Roughly two weeks after Greyhound announced it would no longer allow Border Patrol agents to conduct immigration checks without a warrant, a previously deported illegal alien was found on one of its buses.
Border Patrol agents working near Yuma, Arizona, on Monday arrested a Mexican national riding a Greyhound bus who was in the country unlawfully, Customs and Border Protection (CBP) announced in a press release.
The apprehension came about two weeks after the major bus company declared it would no longer allow immigration checks on its premises without warrants, reversing a years-long policy.
Agents performing immigration checks at the Wellton Station Border Patrol referred a Greyhound bus for secondary inspection on Monday. During this check, agents came across an individual who said he was a U.S. citizen and presented a birth certificate and a California ID card. However, the individual did not resemble the man on his identification.
When agents removed him from the bus to further investigate, it also became apparent that he did not speak English. After conducting a biometric analysis and determining he was not the same man on his identification paperwork, the individual admitted he was in country illegally, according to the agency.
The individual, a 32-year-old male from Michoacán, Mexico, stated that he purchased the bogus documents in Mexico for the equivalent of $100. A background check on him revealed that he was previously deported and that this was not the first time he’s been busted for carrying fraudulent documents — he was found to be in possession of a stolen permanent resident card in October 2019.
The illegal alien has been charged with for identify theft, CBP announced.
A Greyhound spokesperson did not respond to a request for comment from the Daily Caller News Foundation.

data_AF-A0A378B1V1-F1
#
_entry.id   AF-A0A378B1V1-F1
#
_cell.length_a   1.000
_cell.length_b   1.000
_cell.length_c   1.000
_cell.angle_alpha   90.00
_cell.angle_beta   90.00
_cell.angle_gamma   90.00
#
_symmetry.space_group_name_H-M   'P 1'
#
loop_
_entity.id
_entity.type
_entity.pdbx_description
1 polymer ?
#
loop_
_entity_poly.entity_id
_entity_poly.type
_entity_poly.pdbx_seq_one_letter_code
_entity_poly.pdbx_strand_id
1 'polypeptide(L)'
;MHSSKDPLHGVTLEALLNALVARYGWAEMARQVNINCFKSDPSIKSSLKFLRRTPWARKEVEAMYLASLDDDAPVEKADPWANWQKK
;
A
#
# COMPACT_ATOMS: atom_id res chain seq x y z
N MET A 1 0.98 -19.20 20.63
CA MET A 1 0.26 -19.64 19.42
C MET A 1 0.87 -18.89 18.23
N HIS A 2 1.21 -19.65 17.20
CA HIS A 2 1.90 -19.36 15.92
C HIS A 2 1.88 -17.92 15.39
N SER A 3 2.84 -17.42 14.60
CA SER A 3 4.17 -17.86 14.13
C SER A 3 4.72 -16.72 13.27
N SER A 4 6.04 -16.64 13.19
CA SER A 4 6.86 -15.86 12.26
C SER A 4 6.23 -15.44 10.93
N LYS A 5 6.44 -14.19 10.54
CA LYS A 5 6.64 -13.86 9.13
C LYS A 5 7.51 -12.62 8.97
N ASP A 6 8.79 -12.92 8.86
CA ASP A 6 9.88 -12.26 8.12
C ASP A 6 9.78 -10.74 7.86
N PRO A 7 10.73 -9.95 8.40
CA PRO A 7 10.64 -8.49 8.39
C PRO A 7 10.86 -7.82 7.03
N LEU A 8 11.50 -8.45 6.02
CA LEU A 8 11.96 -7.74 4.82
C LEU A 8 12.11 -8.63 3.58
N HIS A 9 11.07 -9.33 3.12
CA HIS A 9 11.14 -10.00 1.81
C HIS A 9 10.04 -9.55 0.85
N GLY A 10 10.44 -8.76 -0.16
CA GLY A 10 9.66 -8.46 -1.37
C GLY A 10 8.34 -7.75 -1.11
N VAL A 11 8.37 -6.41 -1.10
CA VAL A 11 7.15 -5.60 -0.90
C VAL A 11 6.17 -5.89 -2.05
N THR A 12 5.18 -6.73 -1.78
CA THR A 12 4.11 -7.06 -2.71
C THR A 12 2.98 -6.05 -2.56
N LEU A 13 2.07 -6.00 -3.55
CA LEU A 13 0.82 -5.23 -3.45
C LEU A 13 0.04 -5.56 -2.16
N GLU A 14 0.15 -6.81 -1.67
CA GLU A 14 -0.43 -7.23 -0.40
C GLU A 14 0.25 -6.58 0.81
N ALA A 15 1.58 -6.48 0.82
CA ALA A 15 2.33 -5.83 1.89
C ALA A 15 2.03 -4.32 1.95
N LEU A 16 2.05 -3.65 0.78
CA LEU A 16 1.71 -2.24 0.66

The charge comes shortly after Greyhound, the largest bus company in the U.S. declared Feb. 21 that it wouldno longer allowBorder Patrol agents to conduct immigration checks on their buses or other property without a warrant. The company — which for a long time faced pressure from immigrant-rights groups to stop the checks — said it will be placing stickers on all of its buses stating that it does not consent to immigration checks.
“Our primary concern is the safety of our customers and team members, and we are confident these changes will lead to an improved experience for all parties involved,” the bus company said in a statement at the time.
In response, CBP noted how it has used these immigration checks for yearsto preventnot only criminal illegal aliens, but also narcotics, from traveling through the interior of the country.
“For decades, U.S. Border Patrol agents have routinely engaged in enforcement operations at transportation hubs,” CBP spokesperson Matthew Dyman told the DCNF in February.
“Enforcement operations away from the immediate border are performed consistent with law and in direct support of immediate border enforcement efforts, and such operations function as a means of preventing smuggling and other criminal organizations from exploitation of existing transportation hubs to travel further into the United States,” he continued.
Shortly after Greyhound’s announcement, Concord Coach lines also declared it would no longer allow warrantless immigration searches.